Sharee Miller, who participated in a gruesome 1999 murder, successfully sued the state for retaliation.
A Michigan inmate whose crimes attracted national attention is in the news again, this time for winning a court case that guarantees the First Amendment rights of prisoners to report abuse.
Sharee Miller, writes the Detroit Free Press, was convicted in the love-triangle killing of her husband in 1999. A year later, her trial was billed as the first of the internet age. It garnered coverage in the press and online, with Court TV covering her case from start to end.
Nearly two decades after being sentenced to life behind bars, Miller’s been back in court. And at the end of July, she won another kind of case—one with the full support of the American Civil Liberties Union, in defense of the First Amendment rights of inmates.
First filed in 2015, Miller’s lawsuit recounts and alleges numerous instances of abuse. She said she once saw another inmate stripped naked and hogtied, left for hours with support or relief. Another time, Miller claims, a prisoner was deprived of food and water for so long they began foaming at the mouth. The inmate’s condition went downhill so fast she suffered a cardiac arrest and had to be hospitalized.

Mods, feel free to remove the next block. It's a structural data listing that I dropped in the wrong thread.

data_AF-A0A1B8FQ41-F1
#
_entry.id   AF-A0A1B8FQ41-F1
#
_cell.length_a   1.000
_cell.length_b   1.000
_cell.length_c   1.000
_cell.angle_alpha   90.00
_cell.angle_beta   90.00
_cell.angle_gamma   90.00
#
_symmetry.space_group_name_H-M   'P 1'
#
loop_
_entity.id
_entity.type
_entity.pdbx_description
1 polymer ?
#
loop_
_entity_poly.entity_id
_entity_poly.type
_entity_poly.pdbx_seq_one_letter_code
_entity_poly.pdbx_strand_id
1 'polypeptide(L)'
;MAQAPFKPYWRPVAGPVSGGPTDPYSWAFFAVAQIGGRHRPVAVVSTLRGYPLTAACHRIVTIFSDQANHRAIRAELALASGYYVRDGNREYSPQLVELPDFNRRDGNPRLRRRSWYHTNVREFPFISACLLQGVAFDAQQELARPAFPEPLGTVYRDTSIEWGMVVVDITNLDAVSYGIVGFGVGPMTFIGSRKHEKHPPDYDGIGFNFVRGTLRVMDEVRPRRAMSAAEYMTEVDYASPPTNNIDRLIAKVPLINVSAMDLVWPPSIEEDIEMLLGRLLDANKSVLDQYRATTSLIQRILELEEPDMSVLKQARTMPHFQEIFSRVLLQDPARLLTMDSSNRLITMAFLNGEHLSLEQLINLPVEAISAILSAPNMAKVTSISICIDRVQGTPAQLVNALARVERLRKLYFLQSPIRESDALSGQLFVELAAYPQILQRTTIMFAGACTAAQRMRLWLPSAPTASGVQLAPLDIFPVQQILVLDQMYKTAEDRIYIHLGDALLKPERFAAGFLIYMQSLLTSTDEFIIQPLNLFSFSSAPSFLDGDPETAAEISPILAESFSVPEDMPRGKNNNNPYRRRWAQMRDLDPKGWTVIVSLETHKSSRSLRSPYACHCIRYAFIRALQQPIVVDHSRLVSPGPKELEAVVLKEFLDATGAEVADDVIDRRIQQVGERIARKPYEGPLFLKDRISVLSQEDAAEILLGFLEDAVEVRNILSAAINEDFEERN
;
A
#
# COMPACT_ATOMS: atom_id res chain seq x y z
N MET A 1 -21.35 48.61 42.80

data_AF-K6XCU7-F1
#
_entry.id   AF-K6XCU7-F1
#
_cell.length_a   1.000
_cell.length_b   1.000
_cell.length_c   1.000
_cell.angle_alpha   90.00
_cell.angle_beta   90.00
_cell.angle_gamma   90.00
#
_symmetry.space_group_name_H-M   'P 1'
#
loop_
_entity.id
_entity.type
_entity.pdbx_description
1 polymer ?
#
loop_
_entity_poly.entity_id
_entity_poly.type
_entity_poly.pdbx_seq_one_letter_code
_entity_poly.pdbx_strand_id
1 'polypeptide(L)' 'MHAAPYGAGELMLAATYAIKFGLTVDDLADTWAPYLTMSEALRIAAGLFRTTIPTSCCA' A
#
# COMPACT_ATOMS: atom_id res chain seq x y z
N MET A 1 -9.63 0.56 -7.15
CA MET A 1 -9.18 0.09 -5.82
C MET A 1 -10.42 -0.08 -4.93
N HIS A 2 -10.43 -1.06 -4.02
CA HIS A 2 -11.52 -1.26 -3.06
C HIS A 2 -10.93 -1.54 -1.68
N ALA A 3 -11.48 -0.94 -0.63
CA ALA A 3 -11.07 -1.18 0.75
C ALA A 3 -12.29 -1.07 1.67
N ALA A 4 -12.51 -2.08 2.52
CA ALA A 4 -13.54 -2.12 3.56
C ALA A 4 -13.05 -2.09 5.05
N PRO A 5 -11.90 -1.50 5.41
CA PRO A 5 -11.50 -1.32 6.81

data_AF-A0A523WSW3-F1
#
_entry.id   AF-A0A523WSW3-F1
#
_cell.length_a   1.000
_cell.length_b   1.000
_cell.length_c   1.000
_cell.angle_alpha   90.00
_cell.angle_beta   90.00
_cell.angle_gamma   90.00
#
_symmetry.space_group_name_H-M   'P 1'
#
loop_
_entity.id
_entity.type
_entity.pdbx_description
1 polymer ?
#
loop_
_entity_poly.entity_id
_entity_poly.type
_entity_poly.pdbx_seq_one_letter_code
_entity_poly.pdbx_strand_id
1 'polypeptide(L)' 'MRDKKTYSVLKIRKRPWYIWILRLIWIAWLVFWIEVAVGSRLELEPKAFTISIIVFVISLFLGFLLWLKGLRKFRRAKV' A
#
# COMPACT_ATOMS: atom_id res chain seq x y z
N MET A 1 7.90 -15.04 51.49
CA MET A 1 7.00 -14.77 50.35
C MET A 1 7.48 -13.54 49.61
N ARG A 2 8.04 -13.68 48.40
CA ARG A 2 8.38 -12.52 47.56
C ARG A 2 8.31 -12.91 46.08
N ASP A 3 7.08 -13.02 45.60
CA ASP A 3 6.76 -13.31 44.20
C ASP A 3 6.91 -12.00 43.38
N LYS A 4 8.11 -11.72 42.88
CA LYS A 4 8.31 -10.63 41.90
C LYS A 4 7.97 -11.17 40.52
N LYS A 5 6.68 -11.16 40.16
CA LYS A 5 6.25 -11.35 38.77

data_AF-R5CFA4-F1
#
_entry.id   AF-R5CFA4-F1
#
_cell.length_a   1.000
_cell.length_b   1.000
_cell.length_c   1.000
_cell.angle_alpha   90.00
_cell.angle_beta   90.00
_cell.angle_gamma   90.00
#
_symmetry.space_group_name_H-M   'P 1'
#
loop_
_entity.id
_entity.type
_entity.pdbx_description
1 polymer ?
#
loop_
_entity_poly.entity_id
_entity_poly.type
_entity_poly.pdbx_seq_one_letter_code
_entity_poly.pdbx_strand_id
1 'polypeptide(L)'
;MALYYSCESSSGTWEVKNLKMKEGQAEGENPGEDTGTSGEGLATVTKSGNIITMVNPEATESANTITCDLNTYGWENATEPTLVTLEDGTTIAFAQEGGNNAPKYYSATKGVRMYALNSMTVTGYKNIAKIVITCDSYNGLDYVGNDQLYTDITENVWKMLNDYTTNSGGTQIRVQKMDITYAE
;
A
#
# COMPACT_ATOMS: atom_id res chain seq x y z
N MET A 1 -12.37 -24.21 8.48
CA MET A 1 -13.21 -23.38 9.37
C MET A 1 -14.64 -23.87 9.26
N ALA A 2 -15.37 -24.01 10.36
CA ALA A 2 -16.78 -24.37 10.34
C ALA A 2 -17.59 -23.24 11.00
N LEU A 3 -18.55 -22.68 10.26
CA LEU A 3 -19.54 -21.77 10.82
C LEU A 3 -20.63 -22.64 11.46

But Miller didn’t keep quiet.
She lodged complaints with staff and officials at the Huron Valley Correctional Facility. When that didn’t work, she started communicating with activist groups outside.
According to her lawsuit—as recapped by the Free Press—her complaints didn’t go unnoticed. But rather than seeing them resolved, Miller was fired from her position as an inmate observation aide.
Her job, says the Detroit Free Press, involved keeping a 24-hour watch over troubled inmates, taking notes on their behavior and ensuring they won’t harm themselves.
Miller believes she lost her job for trying to protect other prisoners from abuse. Her lawsuit seeks $200,000 in punitive damages, plus $2,500 in lost wages. She also wants U.S. District Judge Sean Cox to prohibit prison corrections officials from punishing observation aides who report wrongdoing.
Along with damages and institutional change, Miller wants her job back, too.
“There’s no excuse for abuse or neglect of prisoners,” ACLU-Michigan deputy legal director Dan Korobkin said in a statement. “The Department of Corrections did the right thing by changing its policy to recognize that anyone who witnesses such atrocious acts has the right to report the misconduct without the threat of retaliation.”
A trial was due to begin at the end of July, but Michigan gave in, agreeing to many of Miller’s requests. She’ll have her position reinstated, receive compensation for lost wages and have the termination wiped off her record.
But it doesn’t appear the state will pay out of any of the punitive damages.
To further prisoners’ First Amendment rights to complain and seek justice, observational aides will be provided with contacts and resources to contact in the event they witness wrongdoing but are prevented by confidentiality agreements from freely discussing.